Bert and Arnie's Guide to Friendship
Directed by Jeff Kaplan
This trifling indie comedy's opening credits, with an old-fashioned piano song and their white text on a black background, feel like they're meant to evoke a Woody Allen movie—it's even set in New York, though you could hardly tell. But when the movie begins, and the characters start speaking to the camera, you're put less in mind of the first-person address that opens Annie Hall than of The Office. This is sitcom-ish cinema, with mostly thin characters and groaning gags. Doesn't even the title make you think of television?
Bert is a novelist played by Matt Oberg whose every scene revolves around the fact that he's a writer, with all the stereotypical hilarity that implies: he's dimwitted, pretentious, egotistical. His wife is having an affair with Arnie, some corporate jerk played by Stephen Schneider (whose physical appearance, in relation to Oberg's Bert-like form, is of a kind with his character's Sesame Street almost-namesake), and the two tortuously form a friendship, after first pursuing parallel plot lines: Bert takes a professorship and begins peculiar relationships with a student and a trenchant book critic; Arnie starts fucking his new boss (played by the ever-graceful Anna Chlumsky).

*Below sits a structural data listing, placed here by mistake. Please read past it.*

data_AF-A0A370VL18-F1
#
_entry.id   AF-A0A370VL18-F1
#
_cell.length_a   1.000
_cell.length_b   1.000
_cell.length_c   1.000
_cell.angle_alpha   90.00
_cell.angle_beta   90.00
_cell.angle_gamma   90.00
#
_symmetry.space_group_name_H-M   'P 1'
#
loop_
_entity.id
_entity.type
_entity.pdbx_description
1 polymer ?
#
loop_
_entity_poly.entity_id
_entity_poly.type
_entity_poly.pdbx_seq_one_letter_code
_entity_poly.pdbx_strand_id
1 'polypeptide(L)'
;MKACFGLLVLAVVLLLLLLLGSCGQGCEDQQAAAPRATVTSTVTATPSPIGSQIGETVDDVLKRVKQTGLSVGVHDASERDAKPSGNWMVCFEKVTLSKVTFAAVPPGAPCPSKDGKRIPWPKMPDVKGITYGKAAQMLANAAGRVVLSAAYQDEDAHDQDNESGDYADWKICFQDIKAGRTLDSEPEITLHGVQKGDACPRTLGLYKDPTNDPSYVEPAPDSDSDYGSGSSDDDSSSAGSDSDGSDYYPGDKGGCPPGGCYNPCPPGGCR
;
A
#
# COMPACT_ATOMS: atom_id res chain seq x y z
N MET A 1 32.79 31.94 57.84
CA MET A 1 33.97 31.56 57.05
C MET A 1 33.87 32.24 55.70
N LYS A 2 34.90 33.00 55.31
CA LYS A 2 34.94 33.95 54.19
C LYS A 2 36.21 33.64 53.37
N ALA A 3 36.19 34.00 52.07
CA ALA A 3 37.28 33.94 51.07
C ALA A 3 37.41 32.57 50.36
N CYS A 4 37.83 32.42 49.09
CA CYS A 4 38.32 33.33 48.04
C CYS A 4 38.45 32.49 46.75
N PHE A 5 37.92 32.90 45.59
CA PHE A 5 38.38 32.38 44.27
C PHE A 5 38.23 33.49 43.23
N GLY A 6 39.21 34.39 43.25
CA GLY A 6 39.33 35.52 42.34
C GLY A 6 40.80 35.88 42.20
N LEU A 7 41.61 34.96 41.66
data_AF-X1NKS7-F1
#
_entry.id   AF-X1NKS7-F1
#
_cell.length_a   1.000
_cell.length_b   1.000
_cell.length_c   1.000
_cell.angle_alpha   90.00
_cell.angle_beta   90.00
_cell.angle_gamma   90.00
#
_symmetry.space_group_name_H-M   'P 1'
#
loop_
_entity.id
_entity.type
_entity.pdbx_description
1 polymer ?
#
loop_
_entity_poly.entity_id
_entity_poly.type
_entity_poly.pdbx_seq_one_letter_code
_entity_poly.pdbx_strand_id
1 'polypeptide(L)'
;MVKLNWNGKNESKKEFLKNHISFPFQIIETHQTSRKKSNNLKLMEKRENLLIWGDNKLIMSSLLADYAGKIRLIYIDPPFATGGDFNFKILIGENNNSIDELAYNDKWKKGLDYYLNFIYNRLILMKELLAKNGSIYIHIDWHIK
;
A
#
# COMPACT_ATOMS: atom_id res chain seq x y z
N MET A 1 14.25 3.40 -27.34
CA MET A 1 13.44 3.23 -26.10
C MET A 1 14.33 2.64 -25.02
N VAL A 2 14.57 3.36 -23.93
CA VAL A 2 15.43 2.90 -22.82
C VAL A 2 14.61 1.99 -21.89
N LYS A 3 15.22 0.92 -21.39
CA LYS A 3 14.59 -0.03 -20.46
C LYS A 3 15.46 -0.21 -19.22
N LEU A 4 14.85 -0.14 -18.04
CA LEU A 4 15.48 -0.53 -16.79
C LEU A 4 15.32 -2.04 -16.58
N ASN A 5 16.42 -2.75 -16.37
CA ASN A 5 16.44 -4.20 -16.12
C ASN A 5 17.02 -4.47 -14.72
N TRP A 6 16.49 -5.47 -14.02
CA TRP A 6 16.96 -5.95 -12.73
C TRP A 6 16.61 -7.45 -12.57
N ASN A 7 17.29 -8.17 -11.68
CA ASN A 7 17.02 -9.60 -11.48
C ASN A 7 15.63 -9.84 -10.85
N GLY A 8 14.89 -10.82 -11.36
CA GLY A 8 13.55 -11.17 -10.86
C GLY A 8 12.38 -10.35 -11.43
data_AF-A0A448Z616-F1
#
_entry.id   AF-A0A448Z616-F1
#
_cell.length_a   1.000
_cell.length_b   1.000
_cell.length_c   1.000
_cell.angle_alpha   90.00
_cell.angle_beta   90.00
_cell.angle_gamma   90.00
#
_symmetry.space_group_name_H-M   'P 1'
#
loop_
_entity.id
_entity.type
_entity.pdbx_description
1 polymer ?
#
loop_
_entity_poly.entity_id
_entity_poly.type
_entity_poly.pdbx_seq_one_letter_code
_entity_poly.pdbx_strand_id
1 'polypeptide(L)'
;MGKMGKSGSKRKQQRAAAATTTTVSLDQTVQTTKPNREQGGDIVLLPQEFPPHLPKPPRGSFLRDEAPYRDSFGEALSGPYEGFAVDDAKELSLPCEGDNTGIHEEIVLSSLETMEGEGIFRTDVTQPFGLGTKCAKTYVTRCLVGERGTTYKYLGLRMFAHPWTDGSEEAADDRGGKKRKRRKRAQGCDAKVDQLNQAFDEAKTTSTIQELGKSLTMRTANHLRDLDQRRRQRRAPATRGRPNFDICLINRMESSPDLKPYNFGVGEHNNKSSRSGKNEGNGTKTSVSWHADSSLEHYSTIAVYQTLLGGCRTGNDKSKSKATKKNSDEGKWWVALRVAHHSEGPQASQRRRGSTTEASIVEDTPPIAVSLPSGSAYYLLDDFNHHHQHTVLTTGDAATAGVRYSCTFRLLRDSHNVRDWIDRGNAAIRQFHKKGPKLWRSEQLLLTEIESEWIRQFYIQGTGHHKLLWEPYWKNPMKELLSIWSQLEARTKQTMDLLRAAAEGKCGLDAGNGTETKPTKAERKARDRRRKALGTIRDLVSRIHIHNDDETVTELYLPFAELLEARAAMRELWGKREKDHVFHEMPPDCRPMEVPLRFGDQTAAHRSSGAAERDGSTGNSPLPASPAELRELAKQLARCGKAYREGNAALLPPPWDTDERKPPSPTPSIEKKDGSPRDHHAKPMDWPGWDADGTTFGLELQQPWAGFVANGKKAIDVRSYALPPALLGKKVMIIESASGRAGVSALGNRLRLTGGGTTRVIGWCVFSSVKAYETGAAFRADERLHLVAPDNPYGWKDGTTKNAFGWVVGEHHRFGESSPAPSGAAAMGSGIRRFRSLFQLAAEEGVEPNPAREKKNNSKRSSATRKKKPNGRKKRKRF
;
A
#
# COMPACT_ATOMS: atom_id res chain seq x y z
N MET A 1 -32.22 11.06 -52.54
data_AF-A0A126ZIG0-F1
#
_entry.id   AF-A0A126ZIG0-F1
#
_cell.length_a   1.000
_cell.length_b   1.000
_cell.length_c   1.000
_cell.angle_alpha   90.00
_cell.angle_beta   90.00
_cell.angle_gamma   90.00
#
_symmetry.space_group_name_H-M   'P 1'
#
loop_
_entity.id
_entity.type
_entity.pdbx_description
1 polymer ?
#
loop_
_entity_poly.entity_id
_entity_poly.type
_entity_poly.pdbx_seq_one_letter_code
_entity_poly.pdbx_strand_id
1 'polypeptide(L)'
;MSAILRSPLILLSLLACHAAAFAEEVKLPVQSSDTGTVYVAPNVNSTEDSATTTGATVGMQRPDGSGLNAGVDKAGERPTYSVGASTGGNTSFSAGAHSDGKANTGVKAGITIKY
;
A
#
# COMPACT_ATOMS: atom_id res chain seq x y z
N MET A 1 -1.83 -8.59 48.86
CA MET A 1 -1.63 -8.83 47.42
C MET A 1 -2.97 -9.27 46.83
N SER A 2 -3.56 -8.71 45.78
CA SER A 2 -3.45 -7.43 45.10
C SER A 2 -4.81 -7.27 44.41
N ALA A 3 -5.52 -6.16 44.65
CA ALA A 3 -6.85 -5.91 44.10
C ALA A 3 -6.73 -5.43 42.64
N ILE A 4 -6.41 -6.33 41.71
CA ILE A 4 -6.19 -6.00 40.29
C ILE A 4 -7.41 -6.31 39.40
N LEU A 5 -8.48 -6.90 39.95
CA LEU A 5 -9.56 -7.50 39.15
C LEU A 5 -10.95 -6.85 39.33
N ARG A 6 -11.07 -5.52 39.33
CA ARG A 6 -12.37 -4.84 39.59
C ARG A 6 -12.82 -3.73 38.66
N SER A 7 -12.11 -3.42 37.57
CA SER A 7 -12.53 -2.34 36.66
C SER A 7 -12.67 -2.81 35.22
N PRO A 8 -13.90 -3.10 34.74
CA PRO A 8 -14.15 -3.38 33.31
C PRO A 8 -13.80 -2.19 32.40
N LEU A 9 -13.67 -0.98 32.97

Still, its small-screen style lends it an affable breeziness. I mean, sitcoms are likable sometimes, no? Though I rarely laughed, I could appreciate that the jokes were told well and timed and edited efficiently. Schneider was especially good as a man whose facade of detached cool starts falling apart. He's the "womanizer," and Bert is the "pussy," and by the end they've switched roles, not so much learning from each other as trading places. Which makes the moral, I think: if you're unhappy, try being the opposite of yourself.
Opens June 21